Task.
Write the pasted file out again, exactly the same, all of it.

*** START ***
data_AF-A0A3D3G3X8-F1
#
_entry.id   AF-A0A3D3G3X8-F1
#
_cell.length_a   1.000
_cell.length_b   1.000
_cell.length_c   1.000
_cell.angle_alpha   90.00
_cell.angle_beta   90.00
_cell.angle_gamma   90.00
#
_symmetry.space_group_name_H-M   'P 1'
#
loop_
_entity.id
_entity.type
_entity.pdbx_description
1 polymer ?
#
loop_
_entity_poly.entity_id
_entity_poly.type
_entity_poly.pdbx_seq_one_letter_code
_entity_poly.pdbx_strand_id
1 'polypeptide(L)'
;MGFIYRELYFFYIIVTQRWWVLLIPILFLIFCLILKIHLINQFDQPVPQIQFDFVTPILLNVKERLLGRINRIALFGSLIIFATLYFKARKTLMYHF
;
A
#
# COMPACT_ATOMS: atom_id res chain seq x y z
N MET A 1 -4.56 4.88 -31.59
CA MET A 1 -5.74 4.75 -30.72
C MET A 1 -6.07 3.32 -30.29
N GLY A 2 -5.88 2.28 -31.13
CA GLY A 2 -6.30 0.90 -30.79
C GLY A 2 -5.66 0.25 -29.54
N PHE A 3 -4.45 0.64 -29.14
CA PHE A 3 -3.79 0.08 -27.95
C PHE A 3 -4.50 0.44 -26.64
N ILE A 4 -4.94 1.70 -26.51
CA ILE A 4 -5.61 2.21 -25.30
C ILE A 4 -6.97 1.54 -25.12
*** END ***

data_AF-A0A3D3G3X8-F1
#
_entry.id   AF-A0A3D3G3X8-F1
#
_cell.length_a   1.000
_cell.length_b   1.000
_cell.length_c   1.000
_cell.angle_alpha   90.00
_cell.angle_beta   90.00
_cell.angle_gamma   90.00
#
_symmetry.space_group_name_H-M   'P 1'
#
loop_
_entity.id
_entity.type
_entity.pdbx_description
1 polymer ?
#
loop_
_entity_poly.entity_id
_entity_poly.type
_entity_poly.pdbx_seq_one_letter_code
_entity_poly.pdbx_strand_id
1 'polypeptide(L)'
;MGFIYRELYFFYIIVTQRWWVLLIPILFLIFCLILKIHLINQFDQPVPQIQFDFVTPILLNVKERLLGRINRIALFGSLIIFATLYFKARKTLMYHF
;
A
#
# COMPACT_ATOMS: atom_id res chain seq x y z
N MET A 1 -4.56 4.88 -31.59
CA MET A 1 -5.74 4.75 -30.72
C MET A 1 -6.07 3.32 -30.29
N GLY A 2 -5.88 2.28 -31.13
CA GLY A 2 -6.30 0.90 -30.79
C GLY A 2 -5.66 0.25 -29.54
N PHE A 3 -4.45 0.64 -29.14
CA PHE A 3 -3.79 0.08 -27.95
C PHE A 3 -4.50 0.44 -26.64
N ILE A 4 -4.94 1.70 -26.51
CA ILE A 4 -5.61 2.21 -25.30
C ILE A 4 -6.97 1.54 -25.12